Once Again, Frigid Weather Freezes February Sales

In What's New, Industry News by Jeff Prine

Store closing sale at Target

Store closing sale at Target

Washington—For the third straight month, February retail sales declined. According to the U.S. Department of Commerce, retail sales fell 0.6 % last month after a 0.8% decline in January. December sales had been down o.9%.

Excluding autos, gas, building materials and restaurants, sales were flat after a .01% decline in January.

Economists had projected these so-called core retail sales would rise 0.4%. The weak results could mean economists would lower their first quarter growth estimates.

Most blamed the frigid weather in most of the nation as sales hindered.

Yet the decline in sales also reflects ongoing consumer caution in the aftermath of the Great Recession. Sales fell 1.2% at electronics and appliances stores and by the same amount at mass merchandisers. Even restaurants reported a 0.6% drop in sales. Clothing and clothing accessories stores were flat with January (up 2.4% year-over-year).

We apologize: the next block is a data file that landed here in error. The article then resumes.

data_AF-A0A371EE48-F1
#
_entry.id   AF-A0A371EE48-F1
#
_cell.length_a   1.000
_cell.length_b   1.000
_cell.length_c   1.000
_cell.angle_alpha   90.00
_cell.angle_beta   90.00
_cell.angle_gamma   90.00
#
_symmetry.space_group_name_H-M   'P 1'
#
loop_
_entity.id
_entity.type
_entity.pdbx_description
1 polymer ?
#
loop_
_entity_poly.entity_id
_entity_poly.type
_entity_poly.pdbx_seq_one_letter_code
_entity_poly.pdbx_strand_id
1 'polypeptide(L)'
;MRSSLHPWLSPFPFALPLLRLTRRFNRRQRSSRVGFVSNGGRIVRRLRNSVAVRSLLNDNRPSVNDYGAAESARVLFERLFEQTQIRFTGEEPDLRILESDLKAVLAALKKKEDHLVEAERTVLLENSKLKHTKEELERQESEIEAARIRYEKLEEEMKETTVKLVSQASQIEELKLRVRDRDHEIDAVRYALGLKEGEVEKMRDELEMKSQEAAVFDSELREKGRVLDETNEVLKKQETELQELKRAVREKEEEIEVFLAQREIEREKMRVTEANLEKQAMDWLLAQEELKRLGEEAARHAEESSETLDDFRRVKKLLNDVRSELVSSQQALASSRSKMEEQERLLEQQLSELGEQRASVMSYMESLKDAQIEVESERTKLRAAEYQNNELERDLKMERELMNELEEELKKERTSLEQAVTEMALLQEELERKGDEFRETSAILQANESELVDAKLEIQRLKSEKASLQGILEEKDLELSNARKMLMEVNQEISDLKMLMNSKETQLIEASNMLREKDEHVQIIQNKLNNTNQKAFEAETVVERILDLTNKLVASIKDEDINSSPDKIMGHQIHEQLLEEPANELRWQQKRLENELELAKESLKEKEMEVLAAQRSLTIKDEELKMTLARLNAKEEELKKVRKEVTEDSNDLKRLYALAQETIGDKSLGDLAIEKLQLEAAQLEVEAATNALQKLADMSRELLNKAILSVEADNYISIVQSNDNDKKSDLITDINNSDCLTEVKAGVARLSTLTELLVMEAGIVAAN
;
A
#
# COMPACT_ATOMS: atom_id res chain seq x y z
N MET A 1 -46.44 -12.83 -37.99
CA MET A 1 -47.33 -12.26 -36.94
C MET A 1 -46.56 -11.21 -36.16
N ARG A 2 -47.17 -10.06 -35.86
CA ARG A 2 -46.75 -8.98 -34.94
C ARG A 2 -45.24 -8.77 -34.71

Less Robust Than Hoped

“The data are not as bad as the headline numbers suggest but neither can we say consumer spending is growing as robustly as some had hoped,” Dan Greenhaus, chief strategist at brokerage BTIG LLC, said.

“American consumers saw their shadows, snow mounds and low temp thermometers last month and decided to stay indoors,” NRF Chief Economist Jack Kleinhenz said. “Extreme winter weather in many parts of the country impacted store sales in February, and as such monthly retail sales came in weaker than expected.”

“While employment and wages have improved, consumers throttled back their spending in February, although they maintain the desire and the means to spend,” Kleinhenz said. “With the onset of warmer, spring-like temperatures and an earlier Easter, consumers will likely shake off the winter blues and retail sales should rebound.”

But shoppers have been surprisingly cautious in the past three months.

The Associated Press reported that analysts predict it could take three to six months for consumers to spend “found money,” such as a tax rebate or savings from cheaper gas.

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